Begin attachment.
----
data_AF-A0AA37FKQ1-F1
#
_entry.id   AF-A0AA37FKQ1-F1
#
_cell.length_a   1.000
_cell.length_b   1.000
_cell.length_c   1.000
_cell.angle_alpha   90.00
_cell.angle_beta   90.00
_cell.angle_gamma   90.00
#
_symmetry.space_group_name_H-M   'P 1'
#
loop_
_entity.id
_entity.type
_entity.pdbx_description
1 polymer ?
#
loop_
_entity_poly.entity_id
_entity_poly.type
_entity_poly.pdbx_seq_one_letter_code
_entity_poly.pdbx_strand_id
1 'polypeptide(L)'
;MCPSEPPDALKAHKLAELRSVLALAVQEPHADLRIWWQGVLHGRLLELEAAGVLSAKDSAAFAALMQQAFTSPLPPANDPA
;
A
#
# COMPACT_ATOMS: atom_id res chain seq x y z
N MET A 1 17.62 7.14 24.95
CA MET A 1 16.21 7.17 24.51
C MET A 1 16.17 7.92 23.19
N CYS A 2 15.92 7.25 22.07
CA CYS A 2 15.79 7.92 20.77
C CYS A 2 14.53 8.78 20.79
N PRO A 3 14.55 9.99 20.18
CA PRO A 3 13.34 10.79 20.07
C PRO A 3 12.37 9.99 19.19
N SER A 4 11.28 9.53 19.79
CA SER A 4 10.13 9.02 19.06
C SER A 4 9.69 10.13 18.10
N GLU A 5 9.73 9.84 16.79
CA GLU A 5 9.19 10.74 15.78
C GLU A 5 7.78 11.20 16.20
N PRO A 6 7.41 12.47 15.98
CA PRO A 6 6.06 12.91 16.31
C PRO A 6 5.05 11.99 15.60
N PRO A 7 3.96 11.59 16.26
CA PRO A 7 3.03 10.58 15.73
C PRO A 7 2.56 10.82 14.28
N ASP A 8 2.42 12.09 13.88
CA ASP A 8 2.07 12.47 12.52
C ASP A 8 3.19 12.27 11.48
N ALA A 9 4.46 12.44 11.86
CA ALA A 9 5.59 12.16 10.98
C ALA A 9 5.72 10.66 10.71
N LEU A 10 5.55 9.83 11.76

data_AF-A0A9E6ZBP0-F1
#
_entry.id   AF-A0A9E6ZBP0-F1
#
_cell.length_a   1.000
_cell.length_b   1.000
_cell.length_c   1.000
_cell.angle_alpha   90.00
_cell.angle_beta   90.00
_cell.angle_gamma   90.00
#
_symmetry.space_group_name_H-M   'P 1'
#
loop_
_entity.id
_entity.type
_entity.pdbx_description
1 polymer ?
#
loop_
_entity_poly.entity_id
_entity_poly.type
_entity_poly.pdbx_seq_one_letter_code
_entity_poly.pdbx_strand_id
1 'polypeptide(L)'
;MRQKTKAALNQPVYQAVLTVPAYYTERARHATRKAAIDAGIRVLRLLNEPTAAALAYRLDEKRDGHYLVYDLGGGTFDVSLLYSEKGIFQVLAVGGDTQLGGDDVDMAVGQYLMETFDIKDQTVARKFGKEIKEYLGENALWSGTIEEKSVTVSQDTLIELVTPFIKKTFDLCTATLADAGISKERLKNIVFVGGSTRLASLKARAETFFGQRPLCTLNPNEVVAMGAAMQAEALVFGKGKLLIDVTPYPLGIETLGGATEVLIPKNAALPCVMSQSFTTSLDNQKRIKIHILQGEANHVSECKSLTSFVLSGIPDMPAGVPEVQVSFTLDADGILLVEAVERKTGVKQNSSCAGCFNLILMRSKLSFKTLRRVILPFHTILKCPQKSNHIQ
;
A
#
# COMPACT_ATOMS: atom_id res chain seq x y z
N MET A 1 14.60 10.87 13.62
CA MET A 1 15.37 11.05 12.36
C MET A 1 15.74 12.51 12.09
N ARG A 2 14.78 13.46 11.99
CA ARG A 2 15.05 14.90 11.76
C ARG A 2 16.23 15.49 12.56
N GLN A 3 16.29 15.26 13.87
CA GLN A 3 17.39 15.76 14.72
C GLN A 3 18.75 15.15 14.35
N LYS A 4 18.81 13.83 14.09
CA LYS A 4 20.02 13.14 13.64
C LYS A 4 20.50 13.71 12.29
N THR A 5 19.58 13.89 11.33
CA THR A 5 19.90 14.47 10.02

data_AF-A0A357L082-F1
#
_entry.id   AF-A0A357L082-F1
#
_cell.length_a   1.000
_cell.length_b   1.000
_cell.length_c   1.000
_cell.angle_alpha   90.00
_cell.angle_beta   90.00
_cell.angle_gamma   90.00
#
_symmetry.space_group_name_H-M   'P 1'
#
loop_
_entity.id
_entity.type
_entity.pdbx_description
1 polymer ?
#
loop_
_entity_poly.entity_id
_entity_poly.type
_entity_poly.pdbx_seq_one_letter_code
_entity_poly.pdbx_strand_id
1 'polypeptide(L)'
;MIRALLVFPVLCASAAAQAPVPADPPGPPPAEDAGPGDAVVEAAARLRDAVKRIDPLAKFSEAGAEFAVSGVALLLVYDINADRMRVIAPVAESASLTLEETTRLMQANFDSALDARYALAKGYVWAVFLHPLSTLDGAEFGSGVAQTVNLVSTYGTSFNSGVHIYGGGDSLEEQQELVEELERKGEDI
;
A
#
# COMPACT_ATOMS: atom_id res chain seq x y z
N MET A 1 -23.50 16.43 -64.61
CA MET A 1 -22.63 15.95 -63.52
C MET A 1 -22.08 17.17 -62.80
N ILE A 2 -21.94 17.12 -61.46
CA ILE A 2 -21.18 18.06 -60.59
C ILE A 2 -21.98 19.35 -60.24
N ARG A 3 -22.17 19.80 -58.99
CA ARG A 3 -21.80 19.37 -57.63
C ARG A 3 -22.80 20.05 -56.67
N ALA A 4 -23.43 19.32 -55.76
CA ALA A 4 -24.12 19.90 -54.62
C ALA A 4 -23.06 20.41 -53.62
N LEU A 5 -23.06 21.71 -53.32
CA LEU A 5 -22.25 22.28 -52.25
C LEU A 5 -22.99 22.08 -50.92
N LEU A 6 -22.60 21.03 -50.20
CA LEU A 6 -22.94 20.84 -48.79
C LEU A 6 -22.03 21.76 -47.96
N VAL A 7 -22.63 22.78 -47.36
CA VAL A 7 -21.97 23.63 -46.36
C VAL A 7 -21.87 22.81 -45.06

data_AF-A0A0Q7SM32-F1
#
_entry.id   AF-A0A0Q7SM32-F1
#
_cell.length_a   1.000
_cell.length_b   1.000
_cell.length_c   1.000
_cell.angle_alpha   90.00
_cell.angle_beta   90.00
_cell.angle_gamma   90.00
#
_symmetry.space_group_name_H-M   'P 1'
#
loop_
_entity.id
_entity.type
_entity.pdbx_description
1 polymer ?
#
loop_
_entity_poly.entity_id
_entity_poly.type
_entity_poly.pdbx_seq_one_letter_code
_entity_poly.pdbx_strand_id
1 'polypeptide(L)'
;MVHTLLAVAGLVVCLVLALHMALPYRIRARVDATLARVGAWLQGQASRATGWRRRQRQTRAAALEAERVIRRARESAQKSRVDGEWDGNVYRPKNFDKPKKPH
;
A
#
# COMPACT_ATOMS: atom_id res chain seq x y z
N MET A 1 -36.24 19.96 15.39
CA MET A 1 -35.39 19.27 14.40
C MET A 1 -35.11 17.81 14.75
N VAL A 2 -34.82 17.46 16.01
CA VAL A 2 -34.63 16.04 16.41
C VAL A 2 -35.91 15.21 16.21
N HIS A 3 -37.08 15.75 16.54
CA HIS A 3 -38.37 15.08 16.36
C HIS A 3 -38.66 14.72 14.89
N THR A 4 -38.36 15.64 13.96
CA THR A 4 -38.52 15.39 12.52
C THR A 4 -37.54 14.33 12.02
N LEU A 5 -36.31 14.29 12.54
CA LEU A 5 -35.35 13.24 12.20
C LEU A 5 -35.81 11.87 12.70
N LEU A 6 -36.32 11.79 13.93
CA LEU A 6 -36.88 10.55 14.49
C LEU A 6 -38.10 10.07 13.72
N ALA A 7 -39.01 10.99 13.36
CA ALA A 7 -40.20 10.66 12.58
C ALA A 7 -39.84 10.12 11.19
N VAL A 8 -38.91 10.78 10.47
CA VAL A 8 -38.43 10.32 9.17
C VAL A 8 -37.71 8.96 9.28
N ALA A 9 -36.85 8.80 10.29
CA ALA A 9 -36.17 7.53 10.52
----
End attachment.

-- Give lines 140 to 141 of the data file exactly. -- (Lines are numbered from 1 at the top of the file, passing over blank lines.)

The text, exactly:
CA ARG A 3 -21.80 19.37 -57.63
C ARG A 3 -22.80 20.05 -56.67